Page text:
The Mission of the Growth Team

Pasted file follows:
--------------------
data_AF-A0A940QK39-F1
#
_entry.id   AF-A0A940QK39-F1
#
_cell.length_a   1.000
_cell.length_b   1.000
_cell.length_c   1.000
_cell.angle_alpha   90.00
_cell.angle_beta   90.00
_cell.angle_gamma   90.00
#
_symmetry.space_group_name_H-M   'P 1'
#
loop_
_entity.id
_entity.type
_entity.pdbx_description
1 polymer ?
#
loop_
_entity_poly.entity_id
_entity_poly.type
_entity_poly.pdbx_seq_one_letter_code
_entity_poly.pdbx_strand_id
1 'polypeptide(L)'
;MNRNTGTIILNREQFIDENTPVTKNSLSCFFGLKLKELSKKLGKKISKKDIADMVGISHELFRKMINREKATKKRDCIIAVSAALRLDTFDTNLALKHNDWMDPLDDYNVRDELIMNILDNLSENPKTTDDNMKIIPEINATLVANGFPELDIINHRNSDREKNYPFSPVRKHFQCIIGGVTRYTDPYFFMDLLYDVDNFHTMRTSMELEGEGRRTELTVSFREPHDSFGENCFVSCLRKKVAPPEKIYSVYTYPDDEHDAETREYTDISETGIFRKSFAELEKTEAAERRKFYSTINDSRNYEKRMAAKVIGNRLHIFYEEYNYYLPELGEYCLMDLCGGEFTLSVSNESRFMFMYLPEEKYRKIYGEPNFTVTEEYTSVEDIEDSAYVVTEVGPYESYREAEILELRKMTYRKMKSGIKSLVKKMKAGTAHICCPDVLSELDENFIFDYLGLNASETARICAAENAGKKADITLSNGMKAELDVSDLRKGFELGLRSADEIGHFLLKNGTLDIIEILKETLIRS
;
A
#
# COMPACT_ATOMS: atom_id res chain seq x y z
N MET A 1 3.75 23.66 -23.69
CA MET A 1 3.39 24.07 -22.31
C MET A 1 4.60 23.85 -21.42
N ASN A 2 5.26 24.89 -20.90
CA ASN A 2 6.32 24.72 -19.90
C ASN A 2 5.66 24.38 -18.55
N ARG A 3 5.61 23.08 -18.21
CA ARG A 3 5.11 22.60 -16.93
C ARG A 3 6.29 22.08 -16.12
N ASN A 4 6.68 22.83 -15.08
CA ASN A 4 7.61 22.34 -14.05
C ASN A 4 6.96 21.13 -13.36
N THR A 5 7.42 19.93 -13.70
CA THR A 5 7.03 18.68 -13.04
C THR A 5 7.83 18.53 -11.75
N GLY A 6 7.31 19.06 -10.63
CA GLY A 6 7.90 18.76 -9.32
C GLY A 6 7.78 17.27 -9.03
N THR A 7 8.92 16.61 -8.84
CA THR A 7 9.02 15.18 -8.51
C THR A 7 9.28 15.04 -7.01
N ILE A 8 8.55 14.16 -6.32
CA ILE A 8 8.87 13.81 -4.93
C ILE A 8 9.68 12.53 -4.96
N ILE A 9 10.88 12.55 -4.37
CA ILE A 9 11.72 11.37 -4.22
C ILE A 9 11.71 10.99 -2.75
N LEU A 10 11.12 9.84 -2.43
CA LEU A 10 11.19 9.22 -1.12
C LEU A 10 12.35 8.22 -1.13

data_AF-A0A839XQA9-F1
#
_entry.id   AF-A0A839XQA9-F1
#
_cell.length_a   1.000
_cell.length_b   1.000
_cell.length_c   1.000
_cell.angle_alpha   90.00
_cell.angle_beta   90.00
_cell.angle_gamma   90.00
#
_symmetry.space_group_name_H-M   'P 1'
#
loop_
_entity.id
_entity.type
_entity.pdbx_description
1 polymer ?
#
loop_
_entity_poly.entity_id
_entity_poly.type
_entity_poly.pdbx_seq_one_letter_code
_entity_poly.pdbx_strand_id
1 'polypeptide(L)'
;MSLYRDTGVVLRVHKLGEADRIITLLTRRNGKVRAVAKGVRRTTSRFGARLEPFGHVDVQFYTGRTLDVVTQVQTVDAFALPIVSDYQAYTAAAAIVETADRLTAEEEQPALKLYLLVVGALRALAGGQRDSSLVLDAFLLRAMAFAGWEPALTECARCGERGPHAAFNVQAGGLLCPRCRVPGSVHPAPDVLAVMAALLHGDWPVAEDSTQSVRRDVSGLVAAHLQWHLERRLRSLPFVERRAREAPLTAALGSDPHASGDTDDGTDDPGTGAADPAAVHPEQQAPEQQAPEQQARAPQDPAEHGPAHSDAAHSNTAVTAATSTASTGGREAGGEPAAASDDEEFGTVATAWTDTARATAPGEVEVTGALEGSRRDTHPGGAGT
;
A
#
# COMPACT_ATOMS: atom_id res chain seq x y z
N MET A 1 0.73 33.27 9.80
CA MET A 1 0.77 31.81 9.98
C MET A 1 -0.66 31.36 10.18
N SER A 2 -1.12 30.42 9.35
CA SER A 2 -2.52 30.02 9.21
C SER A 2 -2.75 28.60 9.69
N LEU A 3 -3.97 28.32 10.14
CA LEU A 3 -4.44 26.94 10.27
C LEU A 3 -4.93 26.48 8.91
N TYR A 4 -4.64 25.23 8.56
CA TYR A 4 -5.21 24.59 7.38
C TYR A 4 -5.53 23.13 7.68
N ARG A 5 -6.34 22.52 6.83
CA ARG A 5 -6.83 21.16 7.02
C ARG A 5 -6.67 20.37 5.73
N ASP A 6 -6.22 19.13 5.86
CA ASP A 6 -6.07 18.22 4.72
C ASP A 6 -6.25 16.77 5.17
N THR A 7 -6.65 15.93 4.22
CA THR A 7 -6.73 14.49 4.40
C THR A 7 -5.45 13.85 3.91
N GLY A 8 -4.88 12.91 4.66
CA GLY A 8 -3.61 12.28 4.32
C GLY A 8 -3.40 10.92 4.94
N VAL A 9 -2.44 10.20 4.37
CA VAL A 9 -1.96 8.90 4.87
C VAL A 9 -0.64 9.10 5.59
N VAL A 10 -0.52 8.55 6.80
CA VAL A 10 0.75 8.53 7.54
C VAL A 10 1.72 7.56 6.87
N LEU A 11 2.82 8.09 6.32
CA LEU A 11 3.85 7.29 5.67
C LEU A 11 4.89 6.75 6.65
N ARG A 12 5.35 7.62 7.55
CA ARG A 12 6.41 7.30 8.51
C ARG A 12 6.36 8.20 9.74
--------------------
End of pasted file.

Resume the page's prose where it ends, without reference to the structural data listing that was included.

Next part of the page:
At its face, yes, the growth team is charged with growing revenue. That is what they should do. But that's not their only thing. When we really look at what should the growth team be doing, they really need to own the entire customer journey. If we're gonna say what is the growth team charged with, what do they really own? They own the journey. Now at Digital Marketer, we have the value journey framework. All right, we have the value journey canvas. I have another Creative Live class that I taught on building a digital marketing plan where we covered the value journey canvas in excruciating depth, but excruciatingly fun, I'd like to think. But we covered the value journey canvas in great, great depth. I would highly recommend that you also check out that class if you wanna go through it. But the basic idea is pretty simple. And the idea of mapping a customer journey is nothing new. I'm not gonna pretend like we invented this here. But our framework goes something like this. It starts w...